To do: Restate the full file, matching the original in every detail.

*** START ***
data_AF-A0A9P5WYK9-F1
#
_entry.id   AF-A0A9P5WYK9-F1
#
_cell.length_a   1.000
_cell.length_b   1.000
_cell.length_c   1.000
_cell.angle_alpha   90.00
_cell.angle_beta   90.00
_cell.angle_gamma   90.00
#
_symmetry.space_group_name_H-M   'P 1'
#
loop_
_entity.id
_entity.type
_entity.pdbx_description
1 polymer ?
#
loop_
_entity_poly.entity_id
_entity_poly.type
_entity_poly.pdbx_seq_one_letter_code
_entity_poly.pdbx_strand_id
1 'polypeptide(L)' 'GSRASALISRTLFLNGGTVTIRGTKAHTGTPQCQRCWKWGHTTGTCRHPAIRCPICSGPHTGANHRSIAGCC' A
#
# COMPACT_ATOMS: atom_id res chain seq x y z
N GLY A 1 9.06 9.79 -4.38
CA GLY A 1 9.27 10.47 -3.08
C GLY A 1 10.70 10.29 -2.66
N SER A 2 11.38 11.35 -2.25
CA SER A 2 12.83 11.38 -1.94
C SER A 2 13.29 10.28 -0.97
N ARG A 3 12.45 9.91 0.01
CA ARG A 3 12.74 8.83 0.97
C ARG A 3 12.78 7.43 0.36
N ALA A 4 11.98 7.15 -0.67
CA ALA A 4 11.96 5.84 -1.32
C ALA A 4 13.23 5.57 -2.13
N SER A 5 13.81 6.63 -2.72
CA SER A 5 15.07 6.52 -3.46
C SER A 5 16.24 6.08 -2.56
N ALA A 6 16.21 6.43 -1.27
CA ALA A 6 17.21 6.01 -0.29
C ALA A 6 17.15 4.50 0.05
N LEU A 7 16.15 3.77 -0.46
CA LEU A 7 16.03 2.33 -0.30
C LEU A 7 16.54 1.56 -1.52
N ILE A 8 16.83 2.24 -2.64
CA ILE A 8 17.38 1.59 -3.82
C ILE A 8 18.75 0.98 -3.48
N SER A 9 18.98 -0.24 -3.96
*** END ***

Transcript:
data_AF-A0A9P5WYK9-F1
#
_entry.id   AF-A0A9P5WYK9-F1
#
_cell.length_a   1.000
_cell.length_b   1.000
_cell.length_c   1.000
_cell.angle_alpha   90.00
_cell.angle_beta   90.00
_cell.angle_gamma   90.00
#
_symmetry.space_group_name_H-M   'P 1'
#
loop_
_entity.id
_entity.type
_entity.pdbx_description
1 polymer ?
#
loop_
_entity_poly.entity_id
_entity_poly.type
_entity_poly.pdbx_seq_one_letter_code
_entity_poly.pdbx_strand_id
1 'polypeptide(L)' 'GSRASALISRTLFLNGGTVTIRGTKAHTGTPQCQRCWKWGHTTGTCRHPAIRCPICSGPHTGANHRSIAGCC' A
#
# COMPACT_ATOMS: atom_id res chain seq x y z
N GLY A 1 9.06 9.79 -4.38
CA GLY A 1 9.27 10.47 -3.08
C GLY A 1 10.70 10.29 -2.66
N SER A 2 11.38 11.35 -2.25
CA SER A 2 12.83 11.38 -1.94
C SER A 2 13.29 10.28 -0.97
N ARG A 3 12.45 9.91 0.01
CA ARG A 3 12.74 8.83 0.97
C ARG A 3 12.78 7.43 0.36
N ALA A 4 11.98 7.15 -0.67
CA ALA A 4 11.96 5.84 -1.32
C ALA A 4 13.23 5.57 -2.13
N SER A 5 13.81 6.63 -2.72
CA SER A 5 15.07 6.52 -3.46
C SER A 5 16.24 6.08 -2.56
N ALA A 6 16.21 6.43 -1.27
CA ALA A 6 17.21 6.01 -0.29
C ALA A 6 17.15 4.50 0.05
N LEU A 7 16.15 3.77 -0.46
CA LEU A 7 16.03 2.33 -0.30
C LEU A 7 16.54 1.56 -1.52
N ILE A 8 16.83 2.24 -2.64
CA ILE A 8 17.38 1.59 -3.82
C ILE A 8 18.75 0.98 -3.48
N SER A 9 18.98 -0.24 -3.96